A Lawyer Who is a Party to a Legal Matter May Communicate Directly With Represented Adversary

lets-talkA lawyer who is a party to a legal matter may communicate directly with a represented adverse party without the consent of the adversary’s lawyer. See Prof’l Ethics Cmte. for the State Bar of Tx., Op. No. 653 (Jan. 2016). Rule 4.2 provides that a lawyer “in representing a client” shall not communicate about the subject of the representation with a person the lawyer knows to be represented by another lawyer in the matter—unless the lawyer has the consent of the other lawyer or is authorized by law to do so. See Tx. Rules of Prof’l Cond. R. 4.02(a); La. Rules of Prof’l Cond. R. 4.2(a). According to Opinion 653, this rule simply “does not apply to a lawyer who is a party to a lawsuit or transaction but does not represent any other party in the matter.”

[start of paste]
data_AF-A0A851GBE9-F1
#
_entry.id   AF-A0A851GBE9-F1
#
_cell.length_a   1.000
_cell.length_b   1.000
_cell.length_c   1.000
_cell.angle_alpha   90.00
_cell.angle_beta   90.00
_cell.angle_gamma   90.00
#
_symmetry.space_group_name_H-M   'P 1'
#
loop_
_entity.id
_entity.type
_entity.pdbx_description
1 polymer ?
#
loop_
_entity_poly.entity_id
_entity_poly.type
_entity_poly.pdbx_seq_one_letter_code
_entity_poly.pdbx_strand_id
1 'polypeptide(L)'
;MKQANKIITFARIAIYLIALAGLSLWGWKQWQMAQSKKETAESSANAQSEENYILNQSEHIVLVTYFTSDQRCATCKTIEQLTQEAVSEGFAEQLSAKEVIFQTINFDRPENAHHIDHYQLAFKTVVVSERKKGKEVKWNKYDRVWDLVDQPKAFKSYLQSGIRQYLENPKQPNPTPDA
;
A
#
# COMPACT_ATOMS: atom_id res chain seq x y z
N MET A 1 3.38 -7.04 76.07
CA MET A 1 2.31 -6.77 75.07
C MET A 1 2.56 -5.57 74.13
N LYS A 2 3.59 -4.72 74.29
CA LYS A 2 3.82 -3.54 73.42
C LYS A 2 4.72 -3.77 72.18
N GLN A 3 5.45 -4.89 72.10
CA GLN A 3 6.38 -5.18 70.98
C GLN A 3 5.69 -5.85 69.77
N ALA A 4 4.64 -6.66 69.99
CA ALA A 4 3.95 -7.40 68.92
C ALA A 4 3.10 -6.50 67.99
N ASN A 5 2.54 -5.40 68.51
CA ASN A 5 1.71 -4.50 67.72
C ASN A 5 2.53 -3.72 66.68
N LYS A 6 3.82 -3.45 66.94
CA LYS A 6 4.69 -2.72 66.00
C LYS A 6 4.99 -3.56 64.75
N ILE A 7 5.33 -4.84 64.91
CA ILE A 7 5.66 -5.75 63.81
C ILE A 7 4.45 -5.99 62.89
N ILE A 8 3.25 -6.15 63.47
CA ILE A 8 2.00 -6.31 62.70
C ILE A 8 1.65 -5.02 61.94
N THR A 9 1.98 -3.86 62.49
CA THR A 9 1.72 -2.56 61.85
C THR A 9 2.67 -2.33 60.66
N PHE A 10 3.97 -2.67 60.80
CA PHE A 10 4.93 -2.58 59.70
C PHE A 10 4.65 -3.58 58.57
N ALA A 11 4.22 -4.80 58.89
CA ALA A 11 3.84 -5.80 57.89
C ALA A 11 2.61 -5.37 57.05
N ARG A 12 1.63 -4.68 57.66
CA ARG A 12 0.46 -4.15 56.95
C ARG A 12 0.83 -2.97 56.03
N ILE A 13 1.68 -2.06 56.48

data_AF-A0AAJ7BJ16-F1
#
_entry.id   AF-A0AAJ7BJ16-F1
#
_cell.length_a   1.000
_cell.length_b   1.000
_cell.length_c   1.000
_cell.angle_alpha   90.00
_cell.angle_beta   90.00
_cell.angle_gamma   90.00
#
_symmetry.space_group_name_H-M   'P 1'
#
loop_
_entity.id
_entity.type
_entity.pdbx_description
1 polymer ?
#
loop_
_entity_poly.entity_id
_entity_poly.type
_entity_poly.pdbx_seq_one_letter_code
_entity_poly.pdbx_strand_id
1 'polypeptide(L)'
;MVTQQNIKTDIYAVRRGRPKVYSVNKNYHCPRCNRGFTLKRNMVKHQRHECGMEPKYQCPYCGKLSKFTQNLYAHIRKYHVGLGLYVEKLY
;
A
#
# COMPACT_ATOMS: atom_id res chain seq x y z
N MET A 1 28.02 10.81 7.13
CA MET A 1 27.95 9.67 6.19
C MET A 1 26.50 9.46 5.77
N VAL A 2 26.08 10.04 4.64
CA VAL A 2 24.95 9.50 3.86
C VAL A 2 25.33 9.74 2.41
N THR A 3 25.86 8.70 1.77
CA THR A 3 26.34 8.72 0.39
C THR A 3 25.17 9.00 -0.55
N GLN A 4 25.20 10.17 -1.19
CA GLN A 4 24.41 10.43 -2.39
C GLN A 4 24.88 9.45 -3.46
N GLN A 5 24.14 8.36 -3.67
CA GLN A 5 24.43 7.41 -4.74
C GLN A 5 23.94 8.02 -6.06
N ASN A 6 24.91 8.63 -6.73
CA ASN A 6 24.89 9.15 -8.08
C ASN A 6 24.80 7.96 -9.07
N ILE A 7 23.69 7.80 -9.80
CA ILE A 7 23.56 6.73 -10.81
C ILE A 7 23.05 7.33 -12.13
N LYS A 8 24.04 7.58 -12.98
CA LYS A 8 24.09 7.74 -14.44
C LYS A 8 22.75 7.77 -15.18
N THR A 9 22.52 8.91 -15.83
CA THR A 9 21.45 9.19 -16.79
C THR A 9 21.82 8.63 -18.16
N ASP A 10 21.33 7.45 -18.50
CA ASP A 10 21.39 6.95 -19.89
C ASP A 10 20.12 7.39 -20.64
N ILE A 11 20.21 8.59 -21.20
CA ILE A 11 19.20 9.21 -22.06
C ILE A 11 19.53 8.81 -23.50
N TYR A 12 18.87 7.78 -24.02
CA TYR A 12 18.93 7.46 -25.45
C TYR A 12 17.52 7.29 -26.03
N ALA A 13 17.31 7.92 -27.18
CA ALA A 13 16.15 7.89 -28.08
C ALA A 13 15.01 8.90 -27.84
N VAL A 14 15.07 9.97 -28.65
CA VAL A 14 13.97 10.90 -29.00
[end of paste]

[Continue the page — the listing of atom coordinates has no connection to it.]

The committee’s opinion is correct. A lawyer who contacts an adversary on the lawyer’s own behalf does so in an individual rather than a representative capacity. The plain language of the rule makes it clear that its prohibition applies only when the lawyer communicates with an adversary while “representing a client.” See Rule 4.2; see also Restatement (Third) the Law Governing Lawyers § 99, cmt. e (“A lawyer representing his or her own interests per se may communicate with an opposing represented nonclient on the same basis as other principals.”).